Contentious political environment. Nationally, the polarization leading up to the 2018 mid-term elections appears to have continued, culminating in a government shutdown just prior to Christmas. Internationally, pivotal trade partnerships and political alliances  appear to be precarious as well. Is this an additional concern? Even a distraction?

Donor fatigue. While giving was strong in 2017 – Giving USA reported a 5.2% increase in giving by individuals – some interpreted it as a short term reaction to the 2016 election results. In the months since, more organizations seem to be sending more appeals than ever before, hoping to maintain or even increase fundraising budgets.

So, what’s an individual development director to do?

While broad market forces may be beyond your control, the specific acquisition, retention and reactivation strategies you can implement are not. Some of the trends that appear to be working among our clients:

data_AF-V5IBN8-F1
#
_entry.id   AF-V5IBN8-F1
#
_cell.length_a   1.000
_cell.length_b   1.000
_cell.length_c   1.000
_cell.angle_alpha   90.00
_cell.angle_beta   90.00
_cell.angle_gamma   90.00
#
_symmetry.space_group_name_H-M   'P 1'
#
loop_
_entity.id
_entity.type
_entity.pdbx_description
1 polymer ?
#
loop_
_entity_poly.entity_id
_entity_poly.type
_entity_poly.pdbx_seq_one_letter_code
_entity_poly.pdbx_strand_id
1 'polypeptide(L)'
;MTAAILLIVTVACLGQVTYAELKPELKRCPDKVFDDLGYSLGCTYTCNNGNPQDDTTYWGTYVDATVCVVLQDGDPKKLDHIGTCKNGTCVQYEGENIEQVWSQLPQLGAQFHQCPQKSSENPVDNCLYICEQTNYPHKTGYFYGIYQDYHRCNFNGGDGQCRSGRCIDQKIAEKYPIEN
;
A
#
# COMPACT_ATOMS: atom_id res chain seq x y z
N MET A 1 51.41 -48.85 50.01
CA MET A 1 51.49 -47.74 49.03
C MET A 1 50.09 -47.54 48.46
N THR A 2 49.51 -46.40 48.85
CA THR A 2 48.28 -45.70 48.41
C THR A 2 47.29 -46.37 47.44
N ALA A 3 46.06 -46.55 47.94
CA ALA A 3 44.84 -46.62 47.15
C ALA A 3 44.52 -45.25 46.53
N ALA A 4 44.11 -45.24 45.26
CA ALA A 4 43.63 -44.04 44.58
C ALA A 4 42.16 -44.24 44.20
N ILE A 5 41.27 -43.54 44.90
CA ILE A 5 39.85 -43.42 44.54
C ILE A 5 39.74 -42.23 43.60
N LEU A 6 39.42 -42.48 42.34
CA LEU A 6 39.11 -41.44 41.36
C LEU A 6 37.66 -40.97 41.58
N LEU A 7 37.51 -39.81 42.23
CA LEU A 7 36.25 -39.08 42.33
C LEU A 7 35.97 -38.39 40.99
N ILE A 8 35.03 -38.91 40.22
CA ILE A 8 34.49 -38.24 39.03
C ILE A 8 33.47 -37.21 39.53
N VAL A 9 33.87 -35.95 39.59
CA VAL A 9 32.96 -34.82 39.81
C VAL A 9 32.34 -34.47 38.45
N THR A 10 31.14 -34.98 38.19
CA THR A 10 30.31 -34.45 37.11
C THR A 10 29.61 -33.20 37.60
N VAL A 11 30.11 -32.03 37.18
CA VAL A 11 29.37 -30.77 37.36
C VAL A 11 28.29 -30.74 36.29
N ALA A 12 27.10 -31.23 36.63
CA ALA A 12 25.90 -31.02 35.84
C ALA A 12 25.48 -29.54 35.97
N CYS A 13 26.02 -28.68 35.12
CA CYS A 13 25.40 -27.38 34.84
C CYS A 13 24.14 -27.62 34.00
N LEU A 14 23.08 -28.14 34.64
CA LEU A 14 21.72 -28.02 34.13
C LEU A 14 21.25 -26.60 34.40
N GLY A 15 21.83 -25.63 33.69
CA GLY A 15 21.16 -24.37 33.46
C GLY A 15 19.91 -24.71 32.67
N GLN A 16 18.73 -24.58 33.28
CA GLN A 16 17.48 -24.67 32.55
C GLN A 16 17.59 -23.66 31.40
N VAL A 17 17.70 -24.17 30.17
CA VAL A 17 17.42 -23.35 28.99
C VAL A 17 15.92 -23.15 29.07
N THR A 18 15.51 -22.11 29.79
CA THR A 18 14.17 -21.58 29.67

• More targeted versioning, in both email and direct mail appeals

  • Acknowledgement of prior involvement and giving

  • Increased emphasis on monthly/sustainer programs

  • More careful monitoring and management of retention status

  • Increased use of social media as engagement tool

What’s working for you!? Please comment below or chime in on Facebook and Twitter.

Equity: Making Diversity and Inclusion More Than Just Words

YNPNkc Coffee Talk, November 13, 2018

YNPNkc Coffee Talk, November 13, 2018

Diversity, equity, inclusion …

These words get thrown around a lot, but do they really mean anything to your organization? How do you work to make them more than words and truly part of your culture? 

These aren’t easy questions to answer, but they have to be asked and they were the topic of “Leaders of Color in Nonprofits: Representation & Inclusive Spaces,” a recent YNPNkc event. 

In comments from a panel of local nonprofit leaders of color and through roundtable discussions with attendees, it was clear that real change takes time, hard work and everyone committing to it.

Several M&C staff attended and we took away good points for ourselves and the nonprofit community we work with. The panelists expanded our awareness of how people of color are often treated in this space and ways we can all work to make things better.